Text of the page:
Wednesday, April 16, 2014
By J.P. Devine
Here's one. She's 93. This must be an old picture, but 93 is a pretty good age at which to pass. It doesn't help me much. She's a she, and she people seem to live longer than he people.
Here's a he, but he died at 84, and that's not going to help me today. That's way too inside the margin of error. That's about where President Barack Obama is, and I know he's nervous.
Almost all of these people passed away in their mid-80s, and that's adding to my unease. Is there a trend, do you think? I mean, of people passing away in their mid-80s? I hate trends either in politics or fashion, food or movies, but certainly in death rates.
What I'm doing here is going through a two-week collection of obituaries that I've assembled. I've got a nice little stack going. I'm out in the car with my laptop writing this. I'll explain that in a minute.
I started doing this in my mid-70s, until I got so obsessive about it, that she, who, according to statistics is going to outlive me, started pulling the obit section before I got to it, and removed it from the paper.
"What happened to the obits?" I shouted up to her.
"There weren't any today," she yelled back.
No obits? That's absurd. Does she think me a fool? I knew at once what she was up to. When I got obsessive about the presidential race, she started removing the front page. Really? No front page today? That's when I knew that she had one nerve left, and I was getting on it.
So I get up earlier now, and get to the paper first, so that I can pluck out the obits and scan them for people who are dying in their 80s.
This is more intense this week, because Friday is my annual exam, and as usual, I know that he's going to find something scary, not that he will let on. My doctor has this practiced visage, a sort of poker face, that kind of blank expression professional poker players use. But like many pros, he has what they call a tell. That's a movement or tic that betrays their real thoughts, what sort of hand they're holding. His is, at first, hard to see, but I've been seeing him long enough to detect it. He sort of winces at the screen of his computer, and sighs. That's the tell. But I think he knows I'm onto it and he does it for comic relief.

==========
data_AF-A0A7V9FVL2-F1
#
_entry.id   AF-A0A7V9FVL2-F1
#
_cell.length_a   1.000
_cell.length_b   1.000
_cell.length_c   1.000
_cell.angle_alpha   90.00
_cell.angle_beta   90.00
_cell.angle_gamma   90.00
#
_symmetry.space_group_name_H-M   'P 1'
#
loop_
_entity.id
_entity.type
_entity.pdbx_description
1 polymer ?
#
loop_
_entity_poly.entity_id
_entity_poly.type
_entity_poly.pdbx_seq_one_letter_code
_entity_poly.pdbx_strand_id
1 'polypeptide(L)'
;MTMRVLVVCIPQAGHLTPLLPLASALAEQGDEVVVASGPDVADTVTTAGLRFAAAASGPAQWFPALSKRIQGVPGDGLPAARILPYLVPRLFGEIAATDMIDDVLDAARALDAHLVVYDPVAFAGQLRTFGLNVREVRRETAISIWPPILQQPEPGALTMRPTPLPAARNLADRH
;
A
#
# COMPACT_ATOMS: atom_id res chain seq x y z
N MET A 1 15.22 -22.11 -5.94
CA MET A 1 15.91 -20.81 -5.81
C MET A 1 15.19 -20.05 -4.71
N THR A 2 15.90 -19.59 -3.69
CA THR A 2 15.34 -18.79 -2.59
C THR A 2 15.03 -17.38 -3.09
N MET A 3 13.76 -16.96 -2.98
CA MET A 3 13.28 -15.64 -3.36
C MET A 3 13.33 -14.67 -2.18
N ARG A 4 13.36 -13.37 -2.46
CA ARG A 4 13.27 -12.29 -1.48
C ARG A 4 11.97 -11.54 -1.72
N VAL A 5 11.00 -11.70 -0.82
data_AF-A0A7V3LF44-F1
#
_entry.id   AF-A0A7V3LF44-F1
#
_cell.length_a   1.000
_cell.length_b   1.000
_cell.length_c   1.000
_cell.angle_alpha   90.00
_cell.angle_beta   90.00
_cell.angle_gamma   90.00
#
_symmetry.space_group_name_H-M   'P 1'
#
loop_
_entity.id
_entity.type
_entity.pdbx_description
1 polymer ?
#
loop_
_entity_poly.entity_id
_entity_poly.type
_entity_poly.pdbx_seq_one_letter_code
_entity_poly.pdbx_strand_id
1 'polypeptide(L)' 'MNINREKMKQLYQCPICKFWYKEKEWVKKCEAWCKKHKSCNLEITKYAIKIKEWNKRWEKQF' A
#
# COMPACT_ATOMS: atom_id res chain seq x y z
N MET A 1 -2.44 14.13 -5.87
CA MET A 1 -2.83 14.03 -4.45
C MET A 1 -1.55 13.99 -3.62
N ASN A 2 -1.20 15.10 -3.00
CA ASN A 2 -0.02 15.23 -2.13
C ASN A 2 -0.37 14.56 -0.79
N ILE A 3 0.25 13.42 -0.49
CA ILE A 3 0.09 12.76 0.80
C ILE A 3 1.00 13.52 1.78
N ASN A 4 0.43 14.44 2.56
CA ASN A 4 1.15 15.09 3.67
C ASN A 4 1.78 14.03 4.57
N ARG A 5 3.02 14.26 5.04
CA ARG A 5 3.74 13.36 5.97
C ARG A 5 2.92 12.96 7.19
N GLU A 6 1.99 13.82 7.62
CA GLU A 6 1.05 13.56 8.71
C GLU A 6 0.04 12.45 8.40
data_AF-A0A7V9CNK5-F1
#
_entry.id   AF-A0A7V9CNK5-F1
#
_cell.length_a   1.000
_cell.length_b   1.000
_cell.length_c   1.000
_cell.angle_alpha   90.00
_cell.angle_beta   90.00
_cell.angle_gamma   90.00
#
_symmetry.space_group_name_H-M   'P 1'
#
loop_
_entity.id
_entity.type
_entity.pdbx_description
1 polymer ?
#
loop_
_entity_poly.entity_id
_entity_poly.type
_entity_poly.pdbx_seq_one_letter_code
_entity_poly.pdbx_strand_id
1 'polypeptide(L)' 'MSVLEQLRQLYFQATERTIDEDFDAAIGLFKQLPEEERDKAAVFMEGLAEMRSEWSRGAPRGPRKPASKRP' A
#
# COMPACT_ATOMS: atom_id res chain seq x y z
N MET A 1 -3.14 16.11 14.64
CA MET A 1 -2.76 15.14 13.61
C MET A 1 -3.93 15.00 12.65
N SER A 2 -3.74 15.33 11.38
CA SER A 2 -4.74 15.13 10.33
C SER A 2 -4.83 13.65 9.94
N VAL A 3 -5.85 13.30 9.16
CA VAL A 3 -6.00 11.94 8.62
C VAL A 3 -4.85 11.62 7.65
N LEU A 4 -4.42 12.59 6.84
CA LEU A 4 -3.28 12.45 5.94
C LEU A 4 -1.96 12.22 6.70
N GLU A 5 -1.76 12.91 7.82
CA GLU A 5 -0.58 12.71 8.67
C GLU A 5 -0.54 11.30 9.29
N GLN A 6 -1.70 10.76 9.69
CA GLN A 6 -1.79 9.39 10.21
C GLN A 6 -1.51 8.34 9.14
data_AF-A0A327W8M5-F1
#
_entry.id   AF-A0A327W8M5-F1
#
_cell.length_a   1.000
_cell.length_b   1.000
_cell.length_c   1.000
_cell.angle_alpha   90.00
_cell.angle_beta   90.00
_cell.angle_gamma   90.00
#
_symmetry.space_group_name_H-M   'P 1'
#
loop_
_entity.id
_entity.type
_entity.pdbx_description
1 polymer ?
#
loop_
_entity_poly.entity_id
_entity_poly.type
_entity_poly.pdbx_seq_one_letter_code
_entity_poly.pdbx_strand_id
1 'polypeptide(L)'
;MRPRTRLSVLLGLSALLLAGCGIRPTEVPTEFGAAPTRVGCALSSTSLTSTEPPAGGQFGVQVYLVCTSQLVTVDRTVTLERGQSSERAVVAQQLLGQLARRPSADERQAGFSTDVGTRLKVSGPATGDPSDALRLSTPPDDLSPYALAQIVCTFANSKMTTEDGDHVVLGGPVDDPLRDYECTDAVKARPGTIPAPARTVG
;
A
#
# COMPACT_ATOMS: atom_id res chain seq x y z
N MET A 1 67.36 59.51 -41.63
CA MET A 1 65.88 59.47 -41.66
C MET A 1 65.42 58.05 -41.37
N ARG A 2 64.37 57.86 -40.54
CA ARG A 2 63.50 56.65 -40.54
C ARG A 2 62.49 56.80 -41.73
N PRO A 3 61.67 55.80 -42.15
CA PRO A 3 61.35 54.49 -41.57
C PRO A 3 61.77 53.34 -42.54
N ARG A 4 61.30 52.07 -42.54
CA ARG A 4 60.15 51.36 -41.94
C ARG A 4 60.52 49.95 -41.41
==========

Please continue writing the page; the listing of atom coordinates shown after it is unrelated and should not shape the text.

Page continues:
Here are two scary obits. One is from the Boston Globe and the other from the New York Times. I've been expanding my search engine, hoping to find older passings. Both guys passed in their late 70s. According to the opening here, both went home to their "savior." I respect all religions, but I know this one, and I can tell by his name that he's Jewish, so the savior thing is a big mistake. Maybe they wrote it in a hurry or maybe he converted. It happens.
I try to avoid the big papers and magazines, because the deceased are all famous. That's depressing when someone like Alex Karras, the actor and football player, passes so young.
Here's another woman who recently passed at the age of 98. She outlived her husband who passed at the age of 69. She, who keeps everything in our lives in folders neatly filed away, keeps trying to get me to sit down and pay attention, so she can instruct me on how to pay the bills, do the taxes, and learn where all the important papers are kept in case, as she indelicately puts it, "I drop dead in the classroom."
I, in turn, show her my collection of obits to prove that she's wasting my time, as she is clearly going to outlive me. As she knows where everything is kept including my collection of silk pocket hankies, this practice is a waste of time.
I must remember to wear clean underwear to my exam tomorrow, in case he tells me I'm terminal, and I die from shock on the spot. My mother always told me to do that just in case. Oh, here's one. He passed unexpectedly at 98. Whew! I'm still within the margin of error. Oh, oh. She's coming out. Quick, where's the sports page?
J.P. Devine is a Waterville writer.